January 2, 2009

Karl Rove... "The wounds I received I got in a job I love."

I see that quote in the WSJ's email teaser for a Karl Rove column and click over thinking maybe this will be Karl's musings on all the hate that's been aimed at him over the years. It's not:
During my White House years, I came to know of the heroic actions of the Seals and other special operators in the global war on terror. These men willingly follow evil into dark and perilous places. They volunteered to be on the front edge of the conflict whose outcome will shape this century....

I met [a Seal who had] been shot eight times in Iraq and had undergone nearly two-dozen operations. One bullet had taken off part of his cheek and nose. He was destined for reconstructive surgery in a few days.

Yet he didn't feel sorry for himself. He was full of charisma, confidence, cockiness and joy. After all, he confided, when you're a wounded Seal, the world's best doctors want to operate on you so they can brag about it. Besides, he explained, he was just showing that a Seal really could catch bullets with his teeth....

The next day, I got an email from the retired Navy Seal buddy who'd talked me into speaking at NSWF. He shared a picture of the sign the wounded Seal put on his Baghdad hospital door.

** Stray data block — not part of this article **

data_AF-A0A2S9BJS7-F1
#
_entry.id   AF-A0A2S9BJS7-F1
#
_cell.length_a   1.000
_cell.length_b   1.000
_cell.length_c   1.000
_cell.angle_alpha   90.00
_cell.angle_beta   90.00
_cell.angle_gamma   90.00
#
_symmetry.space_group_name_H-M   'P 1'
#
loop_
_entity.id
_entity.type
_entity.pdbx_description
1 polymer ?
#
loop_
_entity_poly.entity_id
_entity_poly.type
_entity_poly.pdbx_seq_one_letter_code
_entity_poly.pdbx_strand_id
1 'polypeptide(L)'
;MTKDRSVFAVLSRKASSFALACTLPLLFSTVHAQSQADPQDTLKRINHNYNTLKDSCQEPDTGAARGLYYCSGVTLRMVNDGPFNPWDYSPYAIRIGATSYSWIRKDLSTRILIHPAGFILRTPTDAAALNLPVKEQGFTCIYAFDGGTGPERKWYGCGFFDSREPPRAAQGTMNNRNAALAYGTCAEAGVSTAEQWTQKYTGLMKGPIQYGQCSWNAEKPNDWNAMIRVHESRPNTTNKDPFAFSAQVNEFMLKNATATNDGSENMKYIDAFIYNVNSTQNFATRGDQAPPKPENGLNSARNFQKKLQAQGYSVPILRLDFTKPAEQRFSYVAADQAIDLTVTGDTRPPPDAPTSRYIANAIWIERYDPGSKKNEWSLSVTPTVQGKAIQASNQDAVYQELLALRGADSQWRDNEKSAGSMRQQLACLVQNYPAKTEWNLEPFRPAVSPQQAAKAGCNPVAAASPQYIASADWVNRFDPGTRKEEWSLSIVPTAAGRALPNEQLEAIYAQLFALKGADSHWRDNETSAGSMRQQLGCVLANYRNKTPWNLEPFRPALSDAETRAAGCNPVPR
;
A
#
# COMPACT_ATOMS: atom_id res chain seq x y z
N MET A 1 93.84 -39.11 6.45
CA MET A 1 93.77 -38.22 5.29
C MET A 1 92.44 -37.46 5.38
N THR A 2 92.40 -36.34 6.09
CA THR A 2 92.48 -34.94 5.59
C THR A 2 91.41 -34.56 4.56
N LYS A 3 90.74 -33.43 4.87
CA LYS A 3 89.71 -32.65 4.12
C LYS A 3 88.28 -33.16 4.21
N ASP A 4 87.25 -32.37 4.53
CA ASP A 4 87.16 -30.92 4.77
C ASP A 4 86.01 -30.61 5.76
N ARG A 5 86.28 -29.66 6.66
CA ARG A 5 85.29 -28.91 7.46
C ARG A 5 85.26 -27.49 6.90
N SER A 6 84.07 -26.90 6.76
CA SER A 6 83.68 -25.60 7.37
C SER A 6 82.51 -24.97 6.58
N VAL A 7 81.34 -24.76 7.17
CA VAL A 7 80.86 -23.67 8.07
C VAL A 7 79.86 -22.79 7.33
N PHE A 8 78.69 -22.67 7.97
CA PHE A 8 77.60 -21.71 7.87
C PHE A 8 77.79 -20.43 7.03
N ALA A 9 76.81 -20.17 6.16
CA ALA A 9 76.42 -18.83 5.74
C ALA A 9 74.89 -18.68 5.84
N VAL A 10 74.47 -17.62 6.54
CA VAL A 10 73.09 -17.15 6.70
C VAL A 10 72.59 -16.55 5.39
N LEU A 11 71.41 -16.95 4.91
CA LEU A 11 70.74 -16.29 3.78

On it, the Seal had scrawled that visitors shouldn't "feel sorry" for him. "The wounds I received," he wrote, "I got in a job I love, doing it for people I love, supporting the freedom of a country I deeply love. I am incredibly tough." And on his sign he promised "a full recovery" and wrote that his hospital room was a place of "fun, optimism, and intense rapid regrowth. If you are not prepared for that, GO ELSEWHERE." He signed it "The Management."
IN THE COMMENTS: knox said:
There's a wealth of material in the stories of our special forces. Too bad Hollywood ignores them all... there's got to be hundreds of great action/war movies just begging to be made.
Pogo said:
Well, at least we have a good movie about gay rights and other one about/not about pederasty, plus a Hitler movie and a Nixon movie (not the same film, BTW).
Larry J said:
My SEAL story is from October 1975 when I was in Jump School. SEALs go to Jump School after their much tougher UDT training. To them, Jump School is a vacation.

I heard a lot of commotion when falling out for noon formation one day. From what I was told, one of our SEAL students had just jumped from a 3rd story window, did a parachute landing fall, and entered formation saying, "This shit bores me."

I didn't see it happen so I can't swear it's true but it would be typical of SEALs. They're genuine bad-asses not to be messed with.

38 comments:

AllenS said...

Re: Optimism--

Having spent 3 months in a military hospital in Japan, I know what he's talking about.